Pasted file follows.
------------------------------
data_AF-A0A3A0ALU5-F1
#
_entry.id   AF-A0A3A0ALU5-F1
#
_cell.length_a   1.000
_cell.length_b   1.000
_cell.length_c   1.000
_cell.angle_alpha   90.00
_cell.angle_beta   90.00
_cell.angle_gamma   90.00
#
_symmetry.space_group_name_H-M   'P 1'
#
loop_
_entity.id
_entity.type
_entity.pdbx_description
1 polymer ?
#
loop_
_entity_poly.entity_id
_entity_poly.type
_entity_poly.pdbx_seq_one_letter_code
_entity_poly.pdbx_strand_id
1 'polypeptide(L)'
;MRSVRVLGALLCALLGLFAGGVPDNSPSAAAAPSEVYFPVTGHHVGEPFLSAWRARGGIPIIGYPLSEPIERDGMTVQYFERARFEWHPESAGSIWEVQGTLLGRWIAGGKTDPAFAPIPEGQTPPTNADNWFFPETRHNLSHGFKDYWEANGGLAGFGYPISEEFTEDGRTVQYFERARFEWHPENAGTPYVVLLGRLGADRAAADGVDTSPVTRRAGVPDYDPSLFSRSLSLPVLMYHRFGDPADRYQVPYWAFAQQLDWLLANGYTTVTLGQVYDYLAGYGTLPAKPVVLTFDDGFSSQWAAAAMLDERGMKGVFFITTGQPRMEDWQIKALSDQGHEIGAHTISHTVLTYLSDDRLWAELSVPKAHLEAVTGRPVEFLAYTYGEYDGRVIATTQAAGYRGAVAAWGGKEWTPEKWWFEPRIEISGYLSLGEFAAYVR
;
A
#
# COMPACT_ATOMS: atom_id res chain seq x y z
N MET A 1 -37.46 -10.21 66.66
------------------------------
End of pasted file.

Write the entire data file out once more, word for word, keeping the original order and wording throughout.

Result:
data_AF-A0A3A0ALU5-F1
#
_entry.id   AF-A0A3A0ALU5-F1
#
_cell.length_a   1.000
_cell.length_b   1.000
_cell.length_c   1.000
_cell.angle_alpha   90.00
_cell.angle_beta   90.00
_cell.angle_gamma   90.00
#
_symmetry.space_group_name_H-M   'P 1'
#
loop_
_entity.id
_entity.type
_entity.pdbx_description
1 polymer ?
#
loop_
_entity_poly.entity_id
_entity_poly.type
_entity_poly.pdbx_seq_one_letter_code
_entity_poly.pdbx_strand_id
1 'polypeptide(L)'
;MRSVRVLGALLCALLGLFAGGVPDNSPSAAAAPSEVYFPVTGHHVGEPFLSAWRARGGIPIIGYPLSEPIERDGMTVQYFERARFEWHPESAGSIWEVQGTLLGRWIAGGKTDPAFAPIPEGQTPPTNADNWFFPETRHNLSHGFKDYWEANGGLAGFGYPISEEFTEDGRTVQYFERARFEWHPENAGTPYVVLLGRLGADRAAADGVDTSPVTRRAGVPDYDPSLFSRSLSLPVLMYHRFGDPADRYQVPYWAFAQQLDWLLANGYTTVTLGQVYDYLAGYGTLPAKPVVLTFDDGFSSQWAAAAMLDERGMKGVFFITTGQPRMEDWQIKALSDQGHEIGAHTISHTVLTYLSDDRLWAELSVPKAHLEAVTGRPVEFLAYTYGEYDGRVIATTQAAGYRGAVAAWGGKEWTPEKWWFEPRIEISGYLSLGEFAAYVR
;
A
#
# COMPACT_ATOMS: atom_id res chain seq x y z
N MET A 1 -37.46 -10.21 66.66